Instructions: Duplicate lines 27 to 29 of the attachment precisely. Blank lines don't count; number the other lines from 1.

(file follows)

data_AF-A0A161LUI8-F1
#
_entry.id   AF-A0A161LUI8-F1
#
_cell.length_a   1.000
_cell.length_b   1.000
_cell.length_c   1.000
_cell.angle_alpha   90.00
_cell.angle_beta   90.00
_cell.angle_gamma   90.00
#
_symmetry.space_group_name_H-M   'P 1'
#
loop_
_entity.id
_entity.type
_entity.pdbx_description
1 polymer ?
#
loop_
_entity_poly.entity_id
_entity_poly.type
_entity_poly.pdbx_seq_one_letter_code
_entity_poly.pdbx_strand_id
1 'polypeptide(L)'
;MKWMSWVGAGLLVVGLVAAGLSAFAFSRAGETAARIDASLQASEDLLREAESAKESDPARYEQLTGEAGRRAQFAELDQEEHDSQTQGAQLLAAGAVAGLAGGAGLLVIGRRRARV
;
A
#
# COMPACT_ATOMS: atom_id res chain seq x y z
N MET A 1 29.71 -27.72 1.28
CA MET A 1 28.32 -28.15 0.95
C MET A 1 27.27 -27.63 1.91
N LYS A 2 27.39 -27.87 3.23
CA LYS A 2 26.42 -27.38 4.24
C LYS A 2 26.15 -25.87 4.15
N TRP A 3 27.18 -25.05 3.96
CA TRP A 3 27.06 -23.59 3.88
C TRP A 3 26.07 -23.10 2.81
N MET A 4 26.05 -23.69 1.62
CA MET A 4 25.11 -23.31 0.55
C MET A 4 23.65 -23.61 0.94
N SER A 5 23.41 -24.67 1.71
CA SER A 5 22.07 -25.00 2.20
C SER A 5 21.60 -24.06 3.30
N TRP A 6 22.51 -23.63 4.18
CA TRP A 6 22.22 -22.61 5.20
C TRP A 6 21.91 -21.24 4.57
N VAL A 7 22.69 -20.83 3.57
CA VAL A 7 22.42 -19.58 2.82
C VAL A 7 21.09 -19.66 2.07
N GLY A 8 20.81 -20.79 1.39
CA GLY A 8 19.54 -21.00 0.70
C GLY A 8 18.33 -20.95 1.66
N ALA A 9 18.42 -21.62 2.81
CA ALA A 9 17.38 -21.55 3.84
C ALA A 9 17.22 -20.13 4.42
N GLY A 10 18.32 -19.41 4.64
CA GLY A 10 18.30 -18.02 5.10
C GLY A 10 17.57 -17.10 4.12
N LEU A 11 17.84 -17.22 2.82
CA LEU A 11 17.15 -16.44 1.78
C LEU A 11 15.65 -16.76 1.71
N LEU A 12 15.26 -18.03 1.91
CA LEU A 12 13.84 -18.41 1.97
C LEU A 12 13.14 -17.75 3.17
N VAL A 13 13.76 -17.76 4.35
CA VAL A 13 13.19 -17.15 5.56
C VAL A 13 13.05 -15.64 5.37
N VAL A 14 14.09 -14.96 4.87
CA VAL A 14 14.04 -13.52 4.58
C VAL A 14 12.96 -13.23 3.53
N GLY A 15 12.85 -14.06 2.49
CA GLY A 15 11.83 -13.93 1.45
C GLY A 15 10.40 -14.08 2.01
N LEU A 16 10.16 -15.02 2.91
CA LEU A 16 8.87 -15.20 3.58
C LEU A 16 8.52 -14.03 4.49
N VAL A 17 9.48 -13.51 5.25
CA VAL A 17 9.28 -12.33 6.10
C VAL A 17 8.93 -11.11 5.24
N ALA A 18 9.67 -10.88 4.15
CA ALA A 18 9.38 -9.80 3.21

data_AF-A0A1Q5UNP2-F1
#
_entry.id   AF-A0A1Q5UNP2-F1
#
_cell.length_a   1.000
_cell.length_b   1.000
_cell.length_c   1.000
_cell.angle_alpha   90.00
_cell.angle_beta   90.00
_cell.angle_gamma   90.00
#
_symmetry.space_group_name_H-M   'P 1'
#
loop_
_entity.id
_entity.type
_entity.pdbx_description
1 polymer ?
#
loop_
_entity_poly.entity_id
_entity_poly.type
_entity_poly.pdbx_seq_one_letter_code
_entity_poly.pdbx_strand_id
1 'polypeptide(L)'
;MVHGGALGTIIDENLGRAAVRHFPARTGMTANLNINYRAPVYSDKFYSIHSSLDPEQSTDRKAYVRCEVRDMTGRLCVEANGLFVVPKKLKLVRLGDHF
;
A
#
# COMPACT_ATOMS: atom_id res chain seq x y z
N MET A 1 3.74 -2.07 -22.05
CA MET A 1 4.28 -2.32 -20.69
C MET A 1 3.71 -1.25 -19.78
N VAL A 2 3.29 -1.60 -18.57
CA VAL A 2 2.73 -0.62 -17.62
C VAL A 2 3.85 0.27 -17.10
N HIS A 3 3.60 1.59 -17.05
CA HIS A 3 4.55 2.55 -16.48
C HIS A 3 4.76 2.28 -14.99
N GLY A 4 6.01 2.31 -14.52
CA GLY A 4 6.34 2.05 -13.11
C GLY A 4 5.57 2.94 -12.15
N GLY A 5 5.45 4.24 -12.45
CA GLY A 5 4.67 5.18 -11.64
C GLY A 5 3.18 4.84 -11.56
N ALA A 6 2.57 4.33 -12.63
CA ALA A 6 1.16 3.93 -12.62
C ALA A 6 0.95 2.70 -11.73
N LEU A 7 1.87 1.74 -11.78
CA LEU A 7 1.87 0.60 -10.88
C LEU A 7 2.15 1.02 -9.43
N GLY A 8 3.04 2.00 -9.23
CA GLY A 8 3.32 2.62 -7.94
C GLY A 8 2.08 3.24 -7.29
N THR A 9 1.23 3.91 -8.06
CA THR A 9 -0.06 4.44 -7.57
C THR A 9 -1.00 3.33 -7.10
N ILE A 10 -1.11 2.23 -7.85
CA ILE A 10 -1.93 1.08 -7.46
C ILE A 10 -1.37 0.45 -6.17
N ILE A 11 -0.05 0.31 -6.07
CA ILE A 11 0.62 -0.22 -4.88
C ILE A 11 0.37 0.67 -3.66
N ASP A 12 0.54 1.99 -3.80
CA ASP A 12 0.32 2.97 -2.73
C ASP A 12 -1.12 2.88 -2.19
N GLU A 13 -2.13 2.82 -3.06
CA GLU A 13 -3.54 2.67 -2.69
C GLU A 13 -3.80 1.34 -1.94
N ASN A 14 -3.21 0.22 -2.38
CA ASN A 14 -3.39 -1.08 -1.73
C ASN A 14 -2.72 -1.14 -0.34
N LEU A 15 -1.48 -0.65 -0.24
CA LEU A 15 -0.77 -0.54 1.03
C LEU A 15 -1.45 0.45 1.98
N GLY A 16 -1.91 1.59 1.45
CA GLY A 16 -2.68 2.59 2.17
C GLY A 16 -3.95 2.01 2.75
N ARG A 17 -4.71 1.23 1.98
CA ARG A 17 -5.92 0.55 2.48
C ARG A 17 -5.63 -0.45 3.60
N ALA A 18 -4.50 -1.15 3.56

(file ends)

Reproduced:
;
A
#